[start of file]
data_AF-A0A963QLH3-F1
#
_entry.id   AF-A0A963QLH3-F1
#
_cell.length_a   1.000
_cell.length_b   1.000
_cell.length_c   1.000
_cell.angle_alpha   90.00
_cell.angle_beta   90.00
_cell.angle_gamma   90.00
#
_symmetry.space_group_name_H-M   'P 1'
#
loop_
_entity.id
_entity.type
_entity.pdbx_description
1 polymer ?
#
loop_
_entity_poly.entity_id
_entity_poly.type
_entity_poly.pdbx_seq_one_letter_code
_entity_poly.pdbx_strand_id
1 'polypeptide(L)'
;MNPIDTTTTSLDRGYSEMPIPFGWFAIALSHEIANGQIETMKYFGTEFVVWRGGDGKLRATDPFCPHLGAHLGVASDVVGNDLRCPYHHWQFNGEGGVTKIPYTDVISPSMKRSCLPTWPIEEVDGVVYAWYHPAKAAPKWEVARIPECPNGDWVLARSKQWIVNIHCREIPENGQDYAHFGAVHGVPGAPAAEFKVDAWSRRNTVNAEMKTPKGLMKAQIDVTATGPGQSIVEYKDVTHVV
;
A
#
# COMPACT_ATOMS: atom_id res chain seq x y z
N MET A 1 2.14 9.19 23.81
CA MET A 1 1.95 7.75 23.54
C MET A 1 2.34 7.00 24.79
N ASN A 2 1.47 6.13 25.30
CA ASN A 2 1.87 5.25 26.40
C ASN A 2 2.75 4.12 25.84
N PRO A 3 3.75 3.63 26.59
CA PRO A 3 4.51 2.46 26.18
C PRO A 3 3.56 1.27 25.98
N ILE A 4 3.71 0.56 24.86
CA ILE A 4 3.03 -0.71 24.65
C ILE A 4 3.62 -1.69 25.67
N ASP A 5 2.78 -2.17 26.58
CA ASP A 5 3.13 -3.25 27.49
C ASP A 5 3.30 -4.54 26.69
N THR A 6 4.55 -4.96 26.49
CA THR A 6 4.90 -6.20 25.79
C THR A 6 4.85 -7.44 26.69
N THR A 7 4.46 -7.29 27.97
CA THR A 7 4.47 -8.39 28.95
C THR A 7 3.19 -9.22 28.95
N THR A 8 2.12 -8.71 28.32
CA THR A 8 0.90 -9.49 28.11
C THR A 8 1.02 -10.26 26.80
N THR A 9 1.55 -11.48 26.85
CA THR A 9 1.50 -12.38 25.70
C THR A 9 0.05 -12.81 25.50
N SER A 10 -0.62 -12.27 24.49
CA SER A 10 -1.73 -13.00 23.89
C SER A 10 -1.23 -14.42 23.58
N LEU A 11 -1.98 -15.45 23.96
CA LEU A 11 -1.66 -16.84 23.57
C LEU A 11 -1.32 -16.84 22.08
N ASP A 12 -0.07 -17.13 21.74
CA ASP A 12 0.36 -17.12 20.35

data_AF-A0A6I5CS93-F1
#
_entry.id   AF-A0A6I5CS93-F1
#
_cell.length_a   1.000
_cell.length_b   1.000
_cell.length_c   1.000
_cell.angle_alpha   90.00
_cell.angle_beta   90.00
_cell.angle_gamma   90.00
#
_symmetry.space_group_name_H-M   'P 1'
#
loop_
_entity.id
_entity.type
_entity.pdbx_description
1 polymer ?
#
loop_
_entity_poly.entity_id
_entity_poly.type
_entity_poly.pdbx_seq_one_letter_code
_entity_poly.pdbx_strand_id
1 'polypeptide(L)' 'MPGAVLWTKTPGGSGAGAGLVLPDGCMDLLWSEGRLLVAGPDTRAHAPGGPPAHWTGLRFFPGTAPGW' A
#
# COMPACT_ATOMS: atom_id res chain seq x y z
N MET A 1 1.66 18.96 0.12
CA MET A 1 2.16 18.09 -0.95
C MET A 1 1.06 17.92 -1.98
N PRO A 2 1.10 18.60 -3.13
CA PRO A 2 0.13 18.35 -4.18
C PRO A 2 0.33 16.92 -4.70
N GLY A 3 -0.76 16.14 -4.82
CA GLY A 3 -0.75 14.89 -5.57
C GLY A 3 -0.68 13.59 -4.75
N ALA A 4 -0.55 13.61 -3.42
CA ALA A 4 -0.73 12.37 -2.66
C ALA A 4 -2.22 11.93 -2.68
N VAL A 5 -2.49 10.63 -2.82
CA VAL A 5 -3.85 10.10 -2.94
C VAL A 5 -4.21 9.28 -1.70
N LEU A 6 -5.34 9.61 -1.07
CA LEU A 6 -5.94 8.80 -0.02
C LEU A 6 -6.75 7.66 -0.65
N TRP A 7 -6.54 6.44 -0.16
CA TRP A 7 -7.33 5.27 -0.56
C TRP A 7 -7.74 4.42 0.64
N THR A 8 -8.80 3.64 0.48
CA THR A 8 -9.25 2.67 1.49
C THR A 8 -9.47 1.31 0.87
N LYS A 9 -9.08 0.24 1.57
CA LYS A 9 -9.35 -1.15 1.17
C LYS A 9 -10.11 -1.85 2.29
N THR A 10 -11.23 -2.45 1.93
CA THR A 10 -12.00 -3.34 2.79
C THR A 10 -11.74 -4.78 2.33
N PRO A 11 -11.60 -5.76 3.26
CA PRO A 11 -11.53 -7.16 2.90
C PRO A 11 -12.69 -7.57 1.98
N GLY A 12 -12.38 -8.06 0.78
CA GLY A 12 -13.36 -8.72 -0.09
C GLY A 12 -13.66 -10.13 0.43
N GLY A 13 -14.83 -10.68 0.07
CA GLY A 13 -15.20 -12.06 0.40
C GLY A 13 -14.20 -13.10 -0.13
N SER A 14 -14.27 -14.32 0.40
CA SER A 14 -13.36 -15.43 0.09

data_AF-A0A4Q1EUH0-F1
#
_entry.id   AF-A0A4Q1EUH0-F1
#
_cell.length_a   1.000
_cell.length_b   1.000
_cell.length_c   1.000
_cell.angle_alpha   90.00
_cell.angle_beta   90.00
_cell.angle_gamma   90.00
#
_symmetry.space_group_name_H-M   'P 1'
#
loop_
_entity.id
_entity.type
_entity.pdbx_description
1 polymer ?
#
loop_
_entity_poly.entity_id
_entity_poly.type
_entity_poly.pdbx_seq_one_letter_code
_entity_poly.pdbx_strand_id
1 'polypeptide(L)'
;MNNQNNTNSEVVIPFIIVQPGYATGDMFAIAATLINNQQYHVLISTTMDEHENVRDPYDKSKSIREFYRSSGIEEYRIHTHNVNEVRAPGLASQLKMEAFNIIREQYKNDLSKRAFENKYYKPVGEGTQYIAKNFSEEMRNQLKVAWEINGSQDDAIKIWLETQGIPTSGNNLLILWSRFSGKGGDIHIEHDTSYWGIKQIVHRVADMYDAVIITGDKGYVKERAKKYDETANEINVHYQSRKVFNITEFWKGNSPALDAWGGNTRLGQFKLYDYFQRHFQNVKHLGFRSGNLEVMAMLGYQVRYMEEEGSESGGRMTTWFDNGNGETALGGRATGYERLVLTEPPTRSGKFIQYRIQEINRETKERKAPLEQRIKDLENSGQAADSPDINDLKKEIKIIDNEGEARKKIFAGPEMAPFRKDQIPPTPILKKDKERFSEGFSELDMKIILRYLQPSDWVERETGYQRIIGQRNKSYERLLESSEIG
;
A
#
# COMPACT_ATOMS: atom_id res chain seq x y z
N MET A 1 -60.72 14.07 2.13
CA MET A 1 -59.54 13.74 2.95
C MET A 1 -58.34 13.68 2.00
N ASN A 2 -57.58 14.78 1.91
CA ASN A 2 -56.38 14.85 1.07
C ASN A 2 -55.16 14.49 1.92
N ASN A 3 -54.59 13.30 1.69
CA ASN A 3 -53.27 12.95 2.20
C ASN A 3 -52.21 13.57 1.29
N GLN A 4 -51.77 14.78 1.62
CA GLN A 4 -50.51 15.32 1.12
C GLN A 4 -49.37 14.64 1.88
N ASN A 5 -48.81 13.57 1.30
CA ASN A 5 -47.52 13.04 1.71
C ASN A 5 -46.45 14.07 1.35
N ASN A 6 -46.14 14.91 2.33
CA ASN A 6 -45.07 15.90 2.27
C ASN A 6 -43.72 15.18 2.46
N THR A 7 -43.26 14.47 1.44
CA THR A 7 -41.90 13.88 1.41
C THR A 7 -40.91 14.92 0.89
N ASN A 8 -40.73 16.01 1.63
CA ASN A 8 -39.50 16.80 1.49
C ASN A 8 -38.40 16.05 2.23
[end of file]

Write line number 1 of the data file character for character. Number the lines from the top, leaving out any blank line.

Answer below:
data_AF-A0A963QLH3-F1